8 TIPS to Prepping your Home for a Copious Amount of Rain Mixed with Melting Snow!
February 20, 2014
With this rainfall swooping in this afternoon most of us are thinking about how our backs are going to be rested by avoiding shoveling snow for a couple days. However, there is some last minute snow shoveling you should be doing to prepare your home and neighbourhood to avoid possible flooding or future slippery ice pockets. With this quick break in freezing polar vortex temperatures, and I do mean quick, the temperatures will be dropping to sub zero by Saturday and continuing for at least a couple more weeks, you need to have a home shoveling plan.
With our currently pretty massive snow drifts/banks and this rainy weather coming in there is the risk of flooding, water damage, ice dams, heat escaping water tracks and ice patches that you need to be aware of so you can prevent any costly damages.
Here are some tips for homeowners to prevent any costly damages:
1. Channel the water away from your home. Your home over this frigid polar vortex may have had heat escaping which in turn caused a water track along the edge of your home. If you don’t have heat escaping from your home you still may be vulnerable due to the heat transfer through your walls which again can cause water tracks. With the still frozen ground the easiest place for that lazy water to go is through cracks in your foundation or low lying entrances. If you can, shovel a path for the water to escape down a low lying grade and flow to a safer location or a sewer drain.
2. When Channeling be careful not to channel water towards your neighbours home. This could be costly in terms of emotions, damage, money and insurance rates. Most likely you will have to live with your neighbour for a number of years. Golden Rule – Do unto others as you would have done to yourself.
3. Eavestrough maintenance. Hopefully, in the fall you cleaned out all of the buildup from leaves, dirt and various debris. Clear the snow away from the bottom exit of the eavestrough and channel water into your other channels. If you currently have blockages due to ice build up (where icicles have already formed) try to clear these paths.
4. Street flooding. Most likely there will be street flooding as the built up snow banks during the rainfall will be acting as river banks locking the water in. Take steps to prevent water from flowing into your home. Make sure that all street sewer drains are cleared and the immediate space around them. If there is a lot of snow around the drain, a snow blower will help, if you do not own a snow blower ask to borrow your neighbours and give them a 6 pack of beer. The cost of beer will far out way any damage caused to your home. Water is mean and does not have any respect for your home. Remember to have sidewalks clear as they will act as a mini moat for your home and be sure to keep them clear so there aren’t any slip and fall lawsuits. #Ridiculous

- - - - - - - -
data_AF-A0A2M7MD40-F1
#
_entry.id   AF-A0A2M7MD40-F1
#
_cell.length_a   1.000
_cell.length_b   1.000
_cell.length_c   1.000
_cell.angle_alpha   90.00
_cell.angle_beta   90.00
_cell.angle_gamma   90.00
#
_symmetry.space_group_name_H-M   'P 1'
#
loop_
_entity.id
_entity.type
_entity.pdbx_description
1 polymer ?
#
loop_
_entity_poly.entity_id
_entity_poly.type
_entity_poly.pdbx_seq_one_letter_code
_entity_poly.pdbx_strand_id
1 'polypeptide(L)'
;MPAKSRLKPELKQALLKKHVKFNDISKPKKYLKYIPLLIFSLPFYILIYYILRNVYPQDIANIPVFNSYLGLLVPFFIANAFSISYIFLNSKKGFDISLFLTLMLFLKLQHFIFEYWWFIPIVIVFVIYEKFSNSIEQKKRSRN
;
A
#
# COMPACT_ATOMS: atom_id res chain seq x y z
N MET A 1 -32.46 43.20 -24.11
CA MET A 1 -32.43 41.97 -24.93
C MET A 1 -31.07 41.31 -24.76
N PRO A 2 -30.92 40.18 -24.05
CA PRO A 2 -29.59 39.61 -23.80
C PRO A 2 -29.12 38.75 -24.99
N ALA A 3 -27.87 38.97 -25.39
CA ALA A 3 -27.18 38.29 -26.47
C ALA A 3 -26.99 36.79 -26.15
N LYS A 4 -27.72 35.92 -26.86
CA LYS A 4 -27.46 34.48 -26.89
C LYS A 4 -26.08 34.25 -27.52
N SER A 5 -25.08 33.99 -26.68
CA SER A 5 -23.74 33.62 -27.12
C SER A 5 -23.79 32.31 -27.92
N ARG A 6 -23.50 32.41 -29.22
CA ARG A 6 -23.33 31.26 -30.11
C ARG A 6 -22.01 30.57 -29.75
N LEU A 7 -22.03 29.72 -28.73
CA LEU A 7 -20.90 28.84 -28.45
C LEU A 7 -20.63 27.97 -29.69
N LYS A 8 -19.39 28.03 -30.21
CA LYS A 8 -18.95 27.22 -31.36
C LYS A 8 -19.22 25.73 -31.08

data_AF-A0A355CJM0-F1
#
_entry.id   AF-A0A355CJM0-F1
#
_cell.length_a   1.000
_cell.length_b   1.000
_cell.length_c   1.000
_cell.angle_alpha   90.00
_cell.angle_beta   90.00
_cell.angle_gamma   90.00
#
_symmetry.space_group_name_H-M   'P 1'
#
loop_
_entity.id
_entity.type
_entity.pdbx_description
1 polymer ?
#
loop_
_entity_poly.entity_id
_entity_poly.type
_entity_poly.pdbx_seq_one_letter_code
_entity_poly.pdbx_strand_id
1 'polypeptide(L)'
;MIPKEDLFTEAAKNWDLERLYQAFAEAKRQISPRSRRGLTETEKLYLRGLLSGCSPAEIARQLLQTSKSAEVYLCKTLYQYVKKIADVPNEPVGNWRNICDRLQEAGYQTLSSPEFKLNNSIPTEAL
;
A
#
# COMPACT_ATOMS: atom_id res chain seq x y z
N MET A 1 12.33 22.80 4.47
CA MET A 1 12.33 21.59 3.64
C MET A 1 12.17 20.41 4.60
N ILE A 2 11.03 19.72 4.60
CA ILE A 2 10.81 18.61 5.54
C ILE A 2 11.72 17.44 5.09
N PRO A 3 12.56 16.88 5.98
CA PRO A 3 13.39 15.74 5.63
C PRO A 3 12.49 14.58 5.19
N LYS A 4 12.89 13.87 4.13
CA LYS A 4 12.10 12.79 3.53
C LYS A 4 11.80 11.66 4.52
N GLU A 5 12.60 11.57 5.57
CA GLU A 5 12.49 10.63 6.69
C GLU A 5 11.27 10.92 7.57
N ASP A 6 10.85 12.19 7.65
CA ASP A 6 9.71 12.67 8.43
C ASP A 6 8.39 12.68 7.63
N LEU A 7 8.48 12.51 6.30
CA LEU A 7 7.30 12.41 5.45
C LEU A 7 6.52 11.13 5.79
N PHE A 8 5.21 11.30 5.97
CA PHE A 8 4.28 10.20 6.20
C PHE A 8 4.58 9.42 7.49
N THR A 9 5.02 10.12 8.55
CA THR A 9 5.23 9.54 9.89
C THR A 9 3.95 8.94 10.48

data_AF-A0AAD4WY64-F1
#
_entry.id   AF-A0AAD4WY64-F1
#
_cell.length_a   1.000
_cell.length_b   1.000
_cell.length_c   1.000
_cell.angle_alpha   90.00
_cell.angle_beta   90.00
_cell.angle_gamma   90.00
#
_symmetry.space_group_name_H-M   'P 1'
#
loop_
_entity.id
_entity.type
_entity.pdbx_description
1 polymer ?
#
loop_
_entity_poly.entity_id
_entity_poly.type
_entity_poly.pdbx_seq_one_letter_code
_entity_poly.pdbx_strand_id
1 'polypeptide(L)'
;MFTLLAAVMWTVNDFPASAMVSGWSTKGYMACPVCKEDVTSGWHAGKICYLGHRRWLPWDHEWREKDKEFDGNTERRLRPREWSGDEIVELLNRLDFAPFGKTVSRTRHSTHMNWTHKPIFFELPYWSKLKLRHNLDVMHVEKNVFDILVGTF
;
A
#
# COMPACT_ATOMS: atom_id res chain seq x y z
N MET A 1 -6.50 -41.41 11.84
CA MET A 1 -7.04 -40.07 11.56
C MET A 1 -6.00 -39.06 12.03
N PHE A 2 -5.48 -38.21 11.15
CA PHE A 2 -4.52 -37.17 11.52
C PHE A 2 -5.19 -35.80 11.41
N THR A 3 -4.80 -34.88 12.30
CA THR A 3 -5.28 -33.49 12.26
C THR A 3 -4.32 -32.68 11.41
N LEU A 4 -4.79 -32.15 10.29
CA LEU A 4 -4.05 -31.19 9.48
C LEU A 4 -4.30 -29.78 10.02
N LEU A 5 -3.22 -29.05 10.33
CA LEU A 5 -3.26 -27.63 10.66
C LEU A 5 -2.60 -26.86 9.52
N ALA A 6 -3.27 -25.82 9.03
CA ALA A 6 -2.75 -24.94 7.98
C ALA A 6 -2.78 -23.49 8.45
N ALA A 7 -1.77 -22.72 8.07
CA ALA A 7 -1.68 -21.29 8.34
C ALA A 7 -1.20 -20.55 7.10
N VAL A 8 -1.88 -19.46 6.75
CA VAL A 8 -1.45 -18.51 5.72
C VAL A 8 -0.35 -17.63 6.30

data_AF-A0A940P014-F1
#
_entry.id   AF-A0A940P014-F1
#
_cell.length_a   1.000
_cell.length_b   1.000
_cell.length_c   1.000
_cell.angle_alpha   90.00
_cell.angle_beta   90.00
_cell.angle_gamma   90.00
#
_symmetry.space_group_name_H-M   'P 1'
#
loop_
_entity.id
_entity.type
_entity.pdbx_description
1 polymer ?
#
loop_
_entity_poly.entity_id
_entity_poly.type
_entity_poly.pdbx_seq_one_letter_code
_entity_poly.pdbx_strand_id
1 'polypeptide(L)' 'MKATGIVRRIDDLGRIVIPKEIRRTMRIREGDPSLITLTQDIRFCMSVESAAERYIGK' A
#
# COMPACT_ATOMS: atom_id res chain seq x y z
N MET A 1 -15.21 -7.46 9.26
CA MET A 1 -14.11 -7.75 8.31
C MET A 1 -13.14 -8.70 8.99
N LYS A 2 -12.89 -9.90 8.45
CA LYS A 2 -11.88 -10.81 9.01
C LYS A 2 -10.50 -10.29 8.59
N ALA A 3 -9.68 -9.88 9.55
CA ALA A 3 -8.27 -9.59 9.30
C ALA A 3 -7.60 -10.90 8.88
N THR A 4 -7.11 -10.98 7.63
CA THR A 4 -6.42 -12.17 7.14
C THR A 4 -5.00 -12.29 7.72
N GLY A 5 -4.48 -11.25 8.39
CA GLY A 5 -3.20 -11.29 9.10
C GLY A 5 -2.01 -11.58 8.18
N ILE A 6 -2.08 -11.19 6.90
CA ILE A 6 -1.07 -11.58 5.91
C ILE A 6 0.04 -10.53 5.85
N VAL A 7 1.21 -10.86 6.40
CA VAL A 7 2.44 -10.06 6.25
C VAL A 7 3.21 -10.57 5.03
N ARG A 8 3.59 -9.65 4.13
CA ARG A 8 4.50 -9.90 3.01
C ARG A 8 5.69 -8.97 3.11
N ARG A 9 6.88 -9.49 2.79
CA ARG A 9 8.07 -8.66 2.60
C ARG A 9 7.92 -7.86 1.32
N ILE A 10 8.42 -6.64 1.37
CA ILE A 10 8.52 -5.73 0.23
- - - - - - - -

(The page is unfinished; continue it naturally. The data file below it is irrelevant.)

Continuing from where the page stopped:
5. Now vs. Then. It is better to remove snow now, than having to spend the weekend chipping away at ice resulting in heavier lifting.
6. Rooftop snow collection. The rain should melt the ice nicely and flow into the eavestroughs and down into your channels. However, be aware for ice chunks building up on the roof and sliding off, they will be heavy and dangerous. We don’t recommend shoveling your roofs off in preparation as it currently will be very slippery up there and not worth the risk. Check the perimeter of your homes roof, if an ice chunk were to fall would it damage anything? I know that at my house if I park my car to “close to home” an ice chunk could fall on my car and those damages would be “close to home.”
7. Sump Pumps. Like your furnace it hides away in the basement and you don’t hear to many compliments or complaints from them. Check your sump pump on a regular basis to make sure that it is still working. Clear snow away from the sump pump exit of the house and make sure it is flowing into a channel but remains going down the grade of your land.
8. Driving the streets. When driving down streets be aware of floods, rushing water or puddling areas. The depth of the water collection isn’t always obvious as there could be sink holes or the conditions of the street could have deteriorated. Six inches of water can stall some passenger cars and make driving control difficult.
What are you waiting for? Go outside and prepare your home for any disrespectful rain water and possible ice damage or print this off and send out your significant other!
If you have any questions, concerns or require additional information please feel free to comment below or contact us at any of the sources provided. firstname.lastname@example.org, 519.579.5330, Twitter @HoggMechanical, Facebook Hogg Heating & Air Conditioning
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